Forcing your child to see someone they don’t want to see isn’t natural. When children do not want to visit the other parent and are forced to, three issues tend to come up:

  • Parents become suspicious of one another, and;
  • The relationship between parent and child becomes strained, and;
  • Legal ramifications may be on horizon depending on the state, in California family court for example.

Suspicion: Custodial parents begin to wonder what exactly is going on at their ex’s house to make the child not want to visit him or her. And rightfully so, but a non-custodial mother or father may begin to wonder if you are turning their child against him or her. Hopefully, you and the other parent have a strong line of communication open to avoid this challenge.

Strain: A child will not hide their displeasure if he doesn’t want parenting time their other parent. On one hand, the custodial parent doesn’t want their child to feel invalidated. On the other, the non-custodial parent will often take offense if their child doesn’t want parenting time with them. Their relationship can break down and they can become estranged.

Legal Ramifications: Some states, such as California, have strict parenting plan laws that must be followed after a divorce is final. Parenting plans are enforced through a court order that is issued and must be followed to the letter of the law. Not following a court order can put a non-custodial parent in hot water.

A divorce is hard enough on you, your child, and your ex. It is important that you do everything in your power to remain a family for the sake of your child. You need to communicate with your ex and your child, avoid bashing your ex in front of the child you share, and consider therapy for both you and your child to make sure that your child remains in your ex’s life. Maintaining a family dynamic, albeit a different family dynamic than your child is used to, will allow your child adjust after the final divorce papers have been signed.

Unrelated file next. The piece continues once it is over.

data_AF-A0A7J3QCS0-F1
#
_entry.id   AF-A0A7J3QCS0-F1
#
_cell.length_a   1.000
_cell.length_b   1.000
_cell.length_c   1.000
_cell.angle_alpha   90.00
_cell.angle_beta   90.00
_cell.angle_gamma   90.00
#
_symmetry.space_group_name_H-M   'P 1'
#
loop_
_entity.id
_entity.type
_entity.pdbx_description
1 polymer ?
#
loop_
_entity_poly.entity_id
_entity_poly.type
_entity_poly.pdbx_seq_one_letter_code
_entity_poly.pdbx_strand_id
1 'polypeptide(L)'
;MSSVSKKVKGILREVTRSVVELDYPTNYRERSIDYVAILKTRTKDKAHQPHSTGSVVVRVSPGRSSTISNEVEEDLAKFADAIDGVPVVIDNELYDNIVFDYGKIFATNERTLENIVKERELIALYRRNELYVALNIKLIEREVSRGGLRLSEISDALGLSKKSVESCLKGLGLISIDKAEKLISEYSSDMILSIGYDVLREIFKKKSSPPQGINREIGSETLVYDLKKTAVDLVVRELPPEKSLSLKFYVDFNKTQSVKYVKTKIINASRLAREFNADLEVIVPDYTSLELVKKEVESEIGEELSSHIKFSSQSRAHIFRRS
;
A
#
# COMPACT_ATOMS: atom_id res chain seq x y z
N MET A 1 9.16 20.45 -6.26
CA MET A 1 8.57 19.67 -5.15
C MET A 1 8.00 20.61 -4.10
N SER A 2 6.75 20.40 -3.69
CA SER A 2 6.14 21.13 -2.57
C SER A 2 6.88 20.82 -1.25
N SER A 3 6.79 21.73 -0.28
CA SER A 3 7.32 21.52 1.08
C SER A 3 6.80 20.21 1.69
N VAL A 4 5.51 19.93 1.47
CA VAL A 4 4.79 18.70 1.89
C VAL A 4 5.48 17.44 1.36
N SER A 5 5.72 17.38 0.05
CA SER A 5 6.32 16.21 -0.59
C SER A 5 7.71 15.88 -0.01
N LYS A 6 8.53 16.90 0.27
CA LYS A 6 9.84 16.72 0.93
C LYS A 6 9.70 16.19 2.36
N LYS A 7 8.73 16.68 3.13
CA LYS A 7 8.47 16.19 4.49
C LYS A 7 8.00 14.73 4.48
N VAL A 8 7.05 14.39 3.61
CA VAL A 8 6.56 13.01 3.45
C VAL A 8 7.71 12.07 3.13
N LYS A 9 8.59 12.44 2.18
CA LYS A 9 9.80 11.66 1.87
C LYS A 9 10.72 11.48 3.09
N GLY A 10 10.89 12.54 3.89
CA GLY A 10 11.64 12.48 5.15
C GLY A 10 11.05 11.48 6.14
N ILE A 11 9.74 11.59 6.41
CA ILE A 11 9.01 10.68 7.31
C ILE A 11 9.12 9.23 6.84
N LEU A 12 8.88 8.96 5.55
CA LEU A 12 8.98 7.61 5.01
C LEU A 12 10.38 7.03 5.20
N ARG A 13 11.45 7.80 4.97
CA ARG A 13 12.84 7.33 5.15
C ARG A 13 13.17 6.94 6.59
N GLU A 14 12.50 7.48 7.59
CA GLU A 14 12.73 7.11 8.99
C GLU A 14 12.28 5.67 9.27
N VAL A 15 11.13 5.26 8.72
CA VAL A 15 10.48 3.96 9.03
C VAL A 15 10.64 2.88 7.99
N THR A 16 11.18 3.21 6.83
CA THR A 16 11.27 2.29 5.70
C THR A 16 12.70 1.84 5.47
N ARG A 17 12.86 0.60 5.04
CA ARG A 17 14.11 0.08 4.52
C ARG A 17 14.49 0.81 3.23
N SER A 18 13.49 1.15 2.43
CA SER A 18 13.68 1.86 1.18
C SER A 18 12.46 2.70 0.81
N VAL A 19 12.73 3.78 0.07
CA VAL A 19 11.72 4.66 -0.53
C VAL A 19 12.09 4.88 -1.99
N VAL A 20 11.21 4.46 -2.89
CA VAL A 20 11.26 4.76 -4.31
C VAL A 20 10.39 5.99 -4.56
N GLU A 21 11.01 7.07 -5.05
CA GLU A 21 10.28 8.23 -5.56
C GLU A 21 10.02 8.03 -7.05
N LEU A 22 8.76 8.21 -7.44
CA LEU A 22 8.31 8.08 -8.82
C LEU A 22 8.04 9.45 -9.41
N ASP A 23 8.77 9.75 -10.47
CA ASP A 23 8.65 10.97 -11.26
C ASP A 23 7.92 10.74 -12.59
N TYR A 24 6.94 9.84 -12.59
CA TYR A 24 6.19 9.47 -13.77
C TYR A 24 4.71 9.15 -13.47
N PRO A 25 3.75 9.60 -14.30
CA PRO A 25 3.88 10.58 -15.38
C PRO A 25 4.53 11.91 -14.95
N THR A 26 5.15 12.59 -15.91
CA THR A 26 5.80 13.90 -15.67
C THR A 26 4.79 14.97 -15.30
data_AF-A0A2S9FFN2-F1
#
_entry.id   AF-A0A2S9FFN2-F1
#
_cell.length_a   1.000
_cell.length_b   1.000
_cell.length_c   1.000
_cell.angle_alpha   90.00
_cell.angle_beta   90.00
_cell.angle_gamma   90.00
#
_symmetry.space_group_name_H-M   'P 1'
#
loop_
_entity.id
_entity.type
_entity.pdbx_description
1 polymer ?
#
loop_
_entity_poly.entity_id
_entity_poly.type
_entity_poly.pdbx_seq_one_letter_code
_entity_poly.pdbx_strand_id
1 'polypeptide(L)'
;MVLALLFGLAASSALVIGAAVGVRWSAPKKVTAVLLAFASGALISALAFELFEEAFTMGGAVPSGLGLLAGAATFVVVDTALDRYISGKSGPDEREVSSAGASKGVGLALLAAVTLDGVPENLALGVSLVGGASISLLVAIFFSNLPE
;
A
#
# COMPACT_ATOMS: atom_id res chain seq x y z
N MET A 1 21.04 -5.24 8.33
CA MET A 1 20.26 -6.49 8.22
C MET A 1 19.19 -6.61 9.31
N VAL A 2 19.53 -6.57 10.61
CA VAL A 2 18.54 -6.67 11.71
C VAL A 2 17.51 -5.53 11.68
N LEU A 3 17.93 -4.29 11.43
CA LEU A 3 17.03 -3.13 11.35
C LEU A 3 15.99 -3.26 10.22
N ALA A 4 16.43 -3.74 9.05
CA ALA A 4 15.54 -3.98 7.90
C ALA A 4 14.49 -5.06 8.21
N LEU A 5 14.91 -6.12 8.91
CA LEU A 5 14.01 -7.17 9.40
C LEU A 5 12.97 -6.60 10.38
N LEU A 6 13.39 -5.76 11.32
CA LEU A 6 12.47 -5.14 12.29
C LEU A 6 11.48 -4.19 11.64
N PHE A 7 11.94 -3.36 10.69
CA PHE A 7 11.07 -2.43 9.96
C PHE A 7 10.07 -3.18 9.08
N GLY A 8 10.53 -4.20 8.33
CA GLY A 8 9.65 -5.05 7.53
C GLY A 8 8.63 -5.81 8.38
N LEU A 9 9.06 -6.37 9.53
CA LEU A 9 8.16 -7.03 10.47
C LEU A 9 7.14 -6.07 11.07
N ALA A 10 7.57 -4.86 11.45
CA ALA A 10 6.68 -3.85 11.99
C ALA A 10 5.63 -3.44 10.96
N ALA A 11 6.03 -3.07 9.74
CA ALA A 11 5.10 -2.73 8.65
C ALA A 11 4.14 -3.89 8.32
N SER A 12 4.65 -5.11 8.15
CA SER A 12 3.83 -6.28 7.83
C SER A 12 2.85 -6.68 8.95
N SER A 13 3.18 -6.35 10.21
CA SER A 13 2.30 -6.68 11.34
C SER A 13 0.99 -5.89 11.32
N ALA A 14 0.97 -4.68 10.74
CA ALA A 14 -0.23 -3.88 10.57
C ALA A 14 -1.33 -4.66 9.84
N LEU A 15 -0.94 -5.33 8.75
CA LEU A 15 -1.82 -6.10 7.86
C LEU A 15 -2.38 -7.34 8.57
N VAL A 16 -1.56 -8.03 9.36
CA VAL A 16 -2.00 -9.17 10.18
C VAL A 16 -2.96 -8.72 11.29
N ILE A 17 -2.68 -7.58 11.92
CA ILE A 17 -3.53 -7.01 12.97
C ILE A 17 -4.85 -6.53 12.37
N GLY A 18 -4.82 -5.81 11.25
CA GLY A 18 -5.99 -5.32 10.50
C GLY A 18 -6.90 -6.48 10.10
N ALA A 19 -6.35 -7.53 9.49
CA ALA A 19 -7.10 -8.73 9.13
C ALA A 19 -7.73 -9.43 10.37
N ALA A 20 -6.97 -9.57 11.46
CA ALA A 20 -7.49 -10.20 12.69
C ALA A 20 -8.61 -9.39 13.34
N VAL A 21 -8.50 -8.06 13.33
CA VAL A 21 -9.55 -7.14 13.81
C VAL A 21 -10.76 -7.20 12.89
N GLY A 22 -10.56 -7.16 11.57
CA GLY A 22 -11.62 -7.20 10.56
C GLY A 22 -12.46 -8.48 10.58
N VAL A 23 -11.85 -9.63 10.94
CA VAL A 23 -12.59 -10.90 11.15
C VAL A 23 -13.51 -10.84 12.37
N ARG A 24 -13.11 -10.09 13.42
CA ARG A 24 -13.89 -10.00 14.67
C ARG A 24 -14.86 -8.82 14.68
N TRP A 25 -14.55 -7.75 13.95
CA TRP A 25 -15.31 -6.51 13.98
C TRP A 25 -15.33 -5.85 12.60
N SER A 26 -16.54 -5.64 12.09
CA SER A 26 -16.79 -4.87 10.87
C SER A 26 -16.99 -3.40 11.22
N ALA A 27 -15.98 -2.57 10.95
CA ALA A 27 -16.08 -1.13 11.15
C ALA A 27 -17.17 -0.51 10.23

Author Bio

Steven L. Fritsch is a family law and divorce attorney in California. Steven has dedicated his career to help everyday people who are seeking a divorce and need legal expertise.

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Feeling intimidated about solo travel after divorce?

That’s understandable. One of the benefits of marriage is that it usually means you have a travel companion. If you have children, then school breaks are a great incentive to get away.

All that changes with divorce. Suddenly, you no longer have your spouse to travel with. Compounding that, chances are your friends are all married so tagging along with them just feels weird. It gets even harder if you’re an empty nester and your kids are doing their own trips.

A common complaint from newly-singles is that they have no one to go away with so they just end up not going on vacation.

It doesn’t have to be that way. You can travel solo. And once you start, there’ll be no holding you back.

My guest for this Conversation is divorce coach and contributor, Martha Bodyfelt founder of SurvivingYourSplit.com. It seems that every time I contact Martha she’s just getting back from a trip or she’s just going on one. And she does it solo, often to places that are off the beaten track.

Listen in to hear Martha’s advice on how to get started, or keep reading.

The Possibilities Are Endless

Just to get you started thinking about solo travel, Bodyfelt has recently returned from a three-week trip to South America, visiting countries she hadn’t been to before. That included Uruguay, Paraguay, Peru and Ecuador.

Bodyfelt, who speaks fluent Spanish, has always been passionate about South America and when she saw a really cheap business class air ticket, she grabbed it. Then she began to plan her trip.

“I started to do a little bit of research and they just seemed to have these hidden gems,” said Bodyfelt. “For example, I had no idea that Uruguay has this amazing wine region. I love wine so any undiscovered wine territory, pack my bags and I’ll go there.”

Solo Travel Is Easy Once You Do It